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Publication numberUS8206377 B2
Publication typeGrant
Application numberUS 12/645,032
Publication dateJun 26, 2012
Filing dateDec 22, 2009
Priority dateDec 22, 2009
Also published asCA2765660A1, EP2515748A1, US20110151980, WO2011079136A1
Publication number12645032, 645032, US 8206377 B2, US 8206377B2, US-B2-8206377, US8206377 B2, US8206377B2
InventorsChristopher Petroff
Original AssigneeLightlab Imaging, Inc.
Export CitationBiBTeX, EndNote, RefMan
External Links: USPTO, USPTO Assignment, Espacenet
Torque limiter for an OCT catheter
US 8206377 B2
Abstract
An apparatus comprising a torque wire connected to an imaging probe; and a torque limiter defining a bore, a first end of the torque limiter being in mechanical communication with a motor, a second end of the torque limiter being in mechanical communication with the torque wire, the torque wire being disposed through the bore of the torque limiter. The torque limiter comprises a member defining at least one cutout which causes the torque limiter to break when rotational force on the torque wire exceeds a predetermined amount, thereby decoupling the motor from the torque wire.
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Claims(20)
1. An apparatus comprising:
(a) a first member defining a bore;
(b) a second member defining a bore, the first member and the second member being adjacent to one another, the bore of the first member being in concentric alignment with the bore of the second member;
(c) a torque wire disposed in the bore of the first member and in the bore of the second member; and
(d) a third member defining a bore, the second member and at least a portion of the first member being disposed in the bore of the third member, the third member being attached to the first member at a first attachment point of the third member, the third member being attached to the torque wire at a second attachment point of the third member, the second member disposed between the first attachment point and the second attachment point, the third member comprising at least one cutout between the first attachment point and the second attachment point;
whereby rotational force imparted on the first member is transferred to the torque wire, and whereby the third member breaks and decouples the first member from the torque wire when the rotational force on the torque wire exceeds a predetermined amount.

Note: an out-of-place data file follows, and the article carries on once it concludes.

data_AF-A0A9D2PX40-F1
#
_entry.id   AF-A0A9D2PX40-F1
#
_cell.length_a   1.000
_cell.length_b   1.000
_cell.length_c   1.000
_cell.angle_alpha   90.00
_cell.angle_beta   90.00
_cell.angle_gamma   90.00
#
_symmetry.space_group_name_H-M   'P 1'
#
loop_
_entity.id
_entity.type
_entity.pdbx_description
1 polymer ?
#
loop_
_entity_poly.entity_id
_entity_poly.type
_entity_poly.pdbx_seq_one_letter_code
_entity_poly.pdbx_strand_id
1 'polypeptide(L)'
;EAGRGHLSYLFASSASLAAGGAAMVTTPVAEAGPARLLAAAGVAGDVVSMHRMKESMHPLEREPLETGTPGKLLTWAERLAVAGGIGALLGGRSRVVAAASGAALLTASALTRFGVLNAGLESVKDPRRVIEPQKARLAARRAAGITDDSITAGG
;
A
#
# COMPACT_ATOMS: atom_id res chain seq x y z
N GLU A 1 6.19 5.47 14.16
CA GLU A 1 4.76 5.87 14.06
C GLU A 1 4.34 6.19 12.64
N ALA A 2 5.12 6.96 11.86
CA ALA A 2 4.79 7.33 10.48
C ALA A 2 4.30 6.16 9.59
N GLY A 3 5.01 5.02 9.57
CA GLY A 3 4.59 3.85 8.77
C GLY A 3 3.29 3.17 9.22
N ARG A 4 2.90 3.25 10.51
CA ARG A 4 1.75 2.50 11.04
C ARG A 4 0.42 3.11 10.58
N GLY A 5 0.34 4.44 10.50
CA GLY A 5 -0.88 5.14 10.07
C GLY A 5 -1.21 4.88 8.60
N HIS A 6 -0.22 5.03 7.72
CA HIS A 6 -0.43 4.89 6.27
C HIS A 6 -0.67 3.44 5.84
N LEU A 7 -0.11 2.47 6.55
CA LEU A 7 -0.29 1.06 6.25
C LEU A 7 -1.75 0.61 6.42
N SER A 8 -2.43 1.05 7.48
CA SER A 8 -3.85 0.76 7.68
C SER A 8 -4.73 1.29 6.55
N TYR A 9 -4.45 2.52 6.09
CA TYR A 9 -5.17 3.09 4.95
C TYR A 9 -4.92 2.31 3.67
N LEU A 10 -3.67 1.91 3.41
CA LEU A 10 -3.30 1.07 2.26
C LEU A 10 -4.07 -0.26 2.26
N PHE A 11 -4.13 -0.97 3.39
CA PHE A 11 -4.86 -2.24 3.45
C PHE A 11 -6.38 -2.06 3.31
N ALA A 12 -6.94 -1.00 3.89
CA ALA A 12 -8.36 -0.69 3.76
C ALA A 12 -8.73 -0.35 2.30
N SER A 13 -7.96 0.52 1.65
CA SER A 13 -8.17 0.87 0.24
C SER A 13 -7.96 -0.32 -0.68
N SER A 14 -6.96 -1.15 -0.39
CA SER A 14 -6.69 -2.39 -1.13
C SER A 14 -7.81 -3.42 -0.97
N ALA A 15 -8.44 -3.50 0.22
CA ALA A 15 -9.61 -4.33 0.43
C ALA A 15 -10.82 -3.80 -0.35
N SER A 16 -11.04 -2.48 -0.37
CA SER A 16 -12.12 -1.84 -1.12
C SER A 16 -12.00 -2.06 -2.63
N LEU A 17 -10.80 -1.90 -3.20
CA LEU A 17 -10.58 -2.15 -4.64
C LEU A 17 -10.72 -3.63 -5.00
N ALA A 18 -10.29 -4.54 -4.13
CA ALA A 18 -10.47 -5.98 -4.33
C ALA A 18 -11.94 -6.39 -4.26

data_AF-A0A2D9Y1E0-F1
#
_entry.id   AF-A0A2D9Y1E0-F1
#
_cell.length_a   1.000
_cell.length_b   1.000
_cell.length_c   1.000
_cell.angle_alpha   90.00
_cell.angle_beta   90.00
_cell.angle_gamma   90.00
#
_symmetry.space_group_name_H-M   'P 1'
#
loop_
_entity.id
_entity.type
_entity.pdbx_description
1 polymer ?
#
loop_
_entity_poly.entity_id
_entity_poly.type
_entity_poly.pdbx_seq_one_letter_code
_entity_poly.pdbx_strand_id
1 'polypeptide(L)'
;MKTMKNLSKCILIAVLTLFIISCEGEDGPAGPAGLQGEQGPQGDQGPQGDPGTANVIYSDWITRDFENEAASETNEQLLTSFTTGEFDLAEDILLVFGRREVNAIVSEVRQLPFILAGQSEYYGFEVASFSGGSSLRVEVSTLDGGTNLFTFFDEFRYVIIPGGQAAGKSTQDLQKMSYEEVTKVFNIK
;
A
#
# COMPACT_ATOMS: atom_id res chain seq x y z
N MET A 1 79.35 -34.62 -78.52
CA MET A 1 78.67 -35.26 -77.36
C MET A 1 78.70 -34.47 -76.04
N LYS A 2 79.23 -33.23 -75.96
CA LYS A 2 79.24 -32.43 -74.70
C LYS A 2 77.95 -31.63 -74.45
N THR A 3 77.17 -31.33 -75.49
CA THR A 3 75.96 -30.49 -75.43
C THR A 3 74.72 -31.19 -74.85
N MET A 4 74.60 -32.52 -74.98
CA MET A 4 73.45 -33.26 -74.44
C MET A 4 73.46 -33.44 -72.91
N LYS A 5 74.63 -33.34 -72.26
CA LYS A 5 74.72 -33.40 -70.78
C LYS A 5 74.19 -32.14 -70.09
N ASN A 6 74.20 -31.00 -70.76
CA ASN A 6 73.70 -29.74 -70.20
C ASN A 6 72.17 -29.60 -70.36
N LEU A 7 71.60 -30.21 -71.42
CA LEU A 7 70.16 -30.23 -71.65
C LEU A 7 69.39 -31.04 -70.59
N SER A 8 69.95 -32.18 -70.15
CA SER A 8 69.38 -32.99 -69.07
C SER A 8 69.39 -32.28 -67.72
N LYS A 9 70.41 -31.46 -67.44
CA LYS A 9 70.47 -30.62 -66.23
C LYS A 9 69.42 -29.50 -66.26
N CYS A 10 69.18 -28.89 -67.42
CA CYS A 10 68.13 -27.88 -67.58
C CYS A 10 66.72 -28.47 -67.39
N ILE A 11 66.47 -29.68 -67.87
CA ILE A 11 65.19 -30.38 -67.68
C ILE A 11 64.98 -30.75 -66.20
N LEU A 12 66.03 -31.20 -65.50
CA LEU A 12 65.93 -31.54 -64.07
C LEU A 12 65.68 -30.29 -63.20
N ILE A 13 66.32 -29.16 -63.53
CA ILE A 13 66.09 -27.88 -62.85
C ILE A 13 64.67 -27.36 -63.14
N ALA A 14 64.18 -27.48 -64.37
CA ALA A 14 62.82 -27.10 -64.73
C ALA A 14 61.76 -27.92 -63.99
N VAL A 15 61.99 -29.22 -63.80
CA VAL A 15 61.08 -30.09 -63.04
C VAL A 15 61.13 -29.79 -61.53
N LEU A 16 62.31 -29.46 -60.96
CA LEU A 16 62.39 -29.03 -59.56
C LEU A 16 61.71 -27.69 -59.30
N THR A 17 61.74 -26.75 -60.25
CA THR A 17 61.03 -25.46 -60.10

2. The apparatus of claim 1, wherein the rotational force transferred to the torque wire is transferred from the third member having received the rotational force from the first member.
3. The apparatus of claim 1, wherein the first member comprises metal.
4. The apparatus of claim 3, wherein the metal comprises Nitinol.
5. The apparatus of claim 1, wherein the second member reduces flexure between the first attachment point and the second attachment point.
6. The apparatus of claim 1, wherein the third member comprises polyethylene terephthalate).
7. The apparatus of claim 6, wherein the polyethylene terephthalate) has a fracture strength of about 0.05 oz-in.
8. The apparatus of claim 1, wherein the torque wire defines an axial bore and the apparatus comprises an optical fiber disposed in the axial bore of the torque wire.
9. The apparatus of claim 8, wherein the optical fiber stretches in the axial direction less than about 0.005 inches.
10. An apparatus comprising:
(a) a first member defining an axial bore;
(b) a second member defining an axial bore in concentric alignment with the axial bore of the first member, the second member comprising a proximal end defining a first outer diameter and a distal end defining a second outer diameter, the second outer diameter being larger than the first outer diameter, the axial bore of the first member configured to concentrically receive the proximal end of the second member;
(c) a torque wire disposed in the axial bore of the first member and the axial bore of second member; and
(d) a third member defining an axial bore which concentrically receives at least a portion of the first member and the second member, the third member being attached to the first member at a first attachment point of the third member, the third member being attached to the torque wire at a second attachment point of the third member, the second member disposed between the first attachment point and the second attachment point, the third member comprising at least one cutout between the first attachment point and the second attachment point;
whereby rotational force imparted on the first member is transferred to the torque wire, and whereby the third member breaks and decouples the first member from the torque wire when the rotational force on the torque wire exceeds a predetermined amount.
11. The apparatus of claim 10, wherein the first member comprises metal.
12. The apparatus of claim 11, wherein the metal comprises Nitinol.